The disposition of the local inhabitants and the wildlife. Even in western Europe there are locations where the locals will chase you with bats and there is no quarantee that each village has someone who speaks Common. Reaction rolls are a real thing and even in settled and civilized terrain a stranger can be met with indifference, threats or incredible displays of hospitality that cause delays because of important feasts and their hangovers. Wildlife also has a local disposition, the same species can be aggressive or shy and this varies with season too.

Here is what I do running wilderness adventures in practice:

1. Get a map of a real place, a screenshot from google maps works well.
2. Identify useful landmarks mainly lakes, rivers, mountain Ridges, valleys, settlements. Draw these on a separate layer in gimp.
3. Add fantasy content and unique landmarks such as cairns, dungeons, toppled statues etc.
4. Figure out max visibility distance depending on height.
5. Run the game. Players describe their navigation relative to landmarks or compass directions. Depending on the accuracy of what they navigate with I change their angle of travel a random amount. Terrain modifies speed though this is easy as most places in real life only have a single terrain type for many miles. Make sure that each random encounter has at least something going on to avoid flat situations like "you meet 3 owlbears but your horses easily outrun them".
 

bryce0lynch

i fucking hate writing ...
Staff member
I never understood the idea or goal behind hexcrawling. I've come across the statement "Exploration is not fun. Discovery is fun." Hexcrawls seem to be mostly empty maps with perhaps every tenth hex you move to having something in it. Which might not be very interesting and dealt with in half an hour. When you discover a dungeon, stronghold, or large lair, I can totally see it being fun. But the aimless roaming sounds not fun in any way. If you don't roam aimlessly and have a destination and know to path to get there, then it seems there is no reason to use a hexmap.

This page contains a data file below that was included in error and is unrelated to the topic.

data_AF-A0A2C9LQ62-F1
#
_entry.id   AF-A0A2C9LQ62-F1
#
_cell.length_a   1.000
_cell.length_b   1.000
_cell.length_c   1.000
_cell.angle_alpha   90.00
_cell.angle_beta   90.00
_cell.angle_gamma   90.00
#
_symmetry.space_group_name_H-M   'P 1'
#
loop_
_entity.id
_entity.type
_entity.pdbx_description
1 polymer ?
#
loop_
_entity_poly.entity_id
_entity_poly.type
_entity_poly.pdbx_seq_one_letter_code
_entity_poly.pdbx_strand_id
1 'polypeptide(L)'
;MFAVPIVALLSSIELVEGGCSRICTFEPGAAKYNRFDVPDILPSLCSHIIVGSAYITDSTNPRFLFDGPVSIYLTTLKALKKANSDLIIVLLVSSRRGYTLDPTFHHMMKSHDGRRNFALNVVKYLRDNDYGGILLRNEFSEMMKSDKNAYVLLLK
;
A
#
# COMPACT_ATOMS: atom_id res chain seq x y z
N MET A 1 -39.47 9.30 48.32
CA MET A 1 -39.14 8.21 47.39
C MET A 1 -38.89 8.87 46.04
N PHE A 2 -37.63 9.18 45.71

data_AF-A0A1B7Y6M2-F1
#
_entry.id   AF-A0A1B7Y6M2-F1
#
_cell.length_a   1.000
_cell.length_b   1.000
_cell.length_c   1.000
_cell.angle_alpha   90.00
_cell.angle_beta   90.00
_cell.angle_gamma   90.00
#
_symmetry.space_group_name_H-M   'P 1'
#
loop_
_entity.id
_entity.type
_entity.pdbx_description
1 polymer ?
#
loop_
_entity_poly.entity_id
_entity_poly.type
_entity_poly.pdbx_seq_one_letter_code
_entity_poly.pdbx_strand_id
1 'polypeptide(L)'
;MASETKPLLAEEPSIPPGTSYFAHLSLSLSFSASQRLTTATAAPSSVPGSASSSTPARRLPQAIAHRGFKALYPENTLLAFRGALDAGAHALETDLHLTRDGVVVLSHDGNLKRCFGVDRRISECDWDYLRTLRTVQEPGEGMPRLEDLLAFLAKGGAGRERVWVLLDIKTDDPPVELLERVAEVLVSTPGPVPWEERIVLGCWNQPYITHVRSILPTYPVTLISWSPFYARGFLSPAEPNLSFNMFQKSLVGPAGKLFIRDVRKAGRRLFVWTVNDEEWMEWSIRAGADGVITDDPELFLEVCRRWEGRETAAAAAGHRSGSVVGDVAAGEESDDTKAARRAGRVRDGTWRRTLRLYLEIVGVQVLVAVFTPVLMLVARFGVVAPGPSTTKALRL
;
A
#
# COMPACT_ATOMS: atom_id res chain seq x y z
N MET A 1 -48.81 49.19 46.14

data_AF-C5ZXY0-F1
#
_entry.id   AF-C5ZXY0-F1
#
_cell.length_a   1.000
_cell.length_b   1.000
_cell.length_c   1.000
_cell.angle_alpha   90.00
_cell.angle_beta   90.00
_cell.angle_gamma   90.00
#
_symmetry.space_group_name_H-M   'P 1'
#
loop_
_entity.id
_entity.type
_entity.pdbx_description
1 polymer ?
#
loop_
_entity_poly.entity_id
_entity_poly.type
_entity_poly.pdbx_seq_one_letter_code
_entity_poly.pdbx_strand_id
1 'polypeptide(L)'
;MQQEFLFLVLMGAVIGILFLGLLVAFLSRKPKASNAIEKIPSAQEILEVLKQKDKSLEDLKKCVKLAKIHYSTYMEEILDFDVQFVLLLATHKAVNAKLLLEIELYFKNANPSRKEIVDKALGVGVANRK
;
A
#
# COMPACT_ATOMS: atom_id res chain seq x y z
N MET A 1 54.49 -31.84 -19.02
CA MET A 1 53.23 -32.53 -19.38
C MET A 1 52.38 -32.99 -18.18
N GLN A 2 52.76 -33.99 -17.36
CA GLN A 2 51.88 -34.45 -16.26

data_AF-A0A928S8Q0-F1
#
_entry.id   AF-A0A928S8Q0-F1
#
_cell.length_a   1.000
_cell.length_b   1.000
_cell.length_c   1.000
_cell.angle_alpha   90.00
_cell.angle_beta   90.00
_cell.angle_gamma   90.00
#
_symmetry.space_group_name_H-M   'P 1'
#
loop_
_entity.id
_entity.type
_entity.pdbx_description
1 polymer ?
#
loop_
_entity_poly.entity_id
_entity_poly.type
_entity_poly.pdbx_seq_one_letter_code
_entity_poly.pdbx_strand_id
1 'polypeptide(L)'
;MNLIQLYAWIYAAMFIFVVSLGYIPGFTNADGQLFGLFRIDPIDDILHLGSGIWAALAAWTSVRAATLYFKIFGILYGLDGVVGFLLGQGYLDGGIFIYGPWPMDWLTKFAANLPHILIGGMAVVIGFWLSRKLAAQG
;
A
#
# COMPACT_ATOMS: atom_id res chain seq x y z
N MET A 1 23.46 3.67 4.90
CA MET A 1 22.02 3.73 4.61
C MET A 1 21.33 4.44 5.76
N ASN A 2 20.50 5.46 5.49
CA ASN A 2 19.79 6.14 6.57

There's an element of Fallout (4?) in this. At night, I saw a glowing red light in the distance and headed that way. This means that the vision/distance/landmark stuff is important in a hexcrawl, as are staying in areas that let you let out/down. Same as the dungeon, get the most stuff with the least danger? And as the DM you (might) be riffing off of random elements to stitch together in to something coherent that the players will then exploit?

EDIT: this seems to be somewhat similar to what 2orcs just posted as I typed this.



Also, I've got another section on here where I'm trying to collect hexcrawl resources as research for forming a coherent theory/use behind them, as an FYI.
 

Two orcs

Officially better than you, according to PoN
I've never run a wilderness adventure that was simply "here is the wilderness, go nuts". There is always a goal such as finding a hidden city and the players know the rough location of it or at least a couple of geographical features that are supposed to be near it. By using maps from the real world intuition about terrain gained through experience can be applied (rivers run from the mountains to the sea or a lake, mountains usually hide more mountains, people settle valleys or plains over forests and mountains etc.

Edit: I might add to your resource thread if I formalize my procedure, what I use is mainly the equation for visibility distance: http://www.ringbell.co.uk/info/hdist.htm
Run it once for each landmark and but the number next to it. An 800 foot hill is visible 34.7 miles away if you're lying on the ground. When the players ask to survey use their height and add it to that of the landmarks and compare their distance. If they're on another 800 foot hill they would see hill #1 69.4 miles away.